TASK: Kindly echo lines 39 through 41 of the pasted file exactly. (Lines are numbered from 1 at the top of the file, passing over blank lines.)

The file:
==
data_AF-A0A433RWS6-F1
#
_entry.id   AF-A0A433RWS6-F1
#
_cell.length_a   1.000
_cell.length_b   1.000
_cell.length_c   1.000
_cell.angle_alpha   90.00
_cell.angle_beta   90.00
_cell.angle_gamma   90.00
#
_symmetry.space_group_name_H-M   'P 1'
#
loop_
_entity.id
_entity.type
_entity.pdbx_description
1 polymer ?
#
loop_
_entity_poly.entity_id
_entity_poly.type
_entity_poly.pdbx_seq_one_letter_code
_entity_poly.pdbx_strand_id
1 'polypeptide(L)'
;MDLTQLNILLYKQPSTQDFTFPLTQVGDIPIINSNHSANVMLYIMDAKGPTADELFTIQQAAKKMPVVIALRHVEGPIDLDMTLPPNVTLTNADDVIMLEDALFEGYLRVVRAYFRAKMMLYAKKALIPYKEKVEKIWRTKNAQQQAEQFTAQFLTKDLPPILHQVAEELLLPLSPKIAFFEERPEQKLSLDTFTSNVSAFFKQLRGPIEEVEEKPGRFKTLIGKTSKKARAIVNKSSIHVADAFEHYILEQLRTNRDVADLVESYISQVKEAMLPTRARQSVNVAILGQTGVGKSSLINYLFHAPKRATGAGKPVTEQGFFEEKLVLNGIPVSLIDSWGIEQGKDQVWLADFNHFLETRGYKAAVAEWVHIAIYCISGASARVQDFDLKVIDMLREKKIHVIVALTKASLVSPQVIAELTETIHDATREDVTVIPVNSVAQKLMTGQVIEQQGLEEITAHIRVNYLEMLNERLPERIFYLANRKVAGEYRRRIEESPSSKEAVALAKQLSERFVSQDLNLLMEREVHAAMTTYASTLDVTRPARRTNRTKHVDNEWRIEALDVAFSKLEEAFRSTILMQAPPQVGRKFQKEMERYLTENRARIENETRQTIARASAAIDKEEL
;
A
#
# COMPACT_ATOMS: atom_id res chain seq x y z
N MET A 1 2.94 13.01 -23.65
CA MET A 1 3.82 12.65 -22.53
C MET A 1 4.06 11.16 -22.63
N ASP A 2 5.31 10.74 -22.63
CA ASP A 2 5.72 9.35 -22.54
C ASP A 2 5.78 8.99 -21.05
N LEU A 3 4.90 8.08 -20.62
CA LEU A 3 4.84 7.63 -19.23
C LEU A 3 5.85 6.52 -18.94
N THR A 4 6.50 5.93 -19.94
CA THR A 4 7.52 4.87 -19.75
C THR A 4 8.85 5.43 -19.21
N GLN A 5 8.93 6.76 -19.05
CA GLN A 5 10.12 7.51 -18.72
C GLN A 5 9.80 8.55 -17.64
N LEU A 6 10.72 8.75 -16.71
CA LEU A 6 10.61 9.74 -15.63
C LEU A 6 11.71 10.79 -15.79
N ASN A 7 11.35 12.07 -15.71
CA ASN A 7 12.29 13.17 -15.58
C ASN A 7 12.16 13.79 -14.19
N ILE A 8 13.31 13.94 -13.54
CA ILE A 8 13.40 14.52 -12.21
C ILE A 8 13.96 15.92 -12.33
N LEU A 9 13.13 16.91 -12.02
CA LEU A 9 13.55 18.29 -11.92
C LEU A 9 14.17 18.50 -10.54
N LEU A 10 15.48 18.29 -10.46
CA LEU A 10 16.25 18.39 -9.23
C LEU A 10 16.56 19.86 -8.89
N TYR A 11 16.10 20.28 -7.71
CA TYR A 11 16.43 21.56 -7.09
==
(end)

C LEU A 3 5.85 6.52 -18.94
N THR A 4 6.50 5.93 -19.94
CA THR A 4 7.52 4.87 -19.75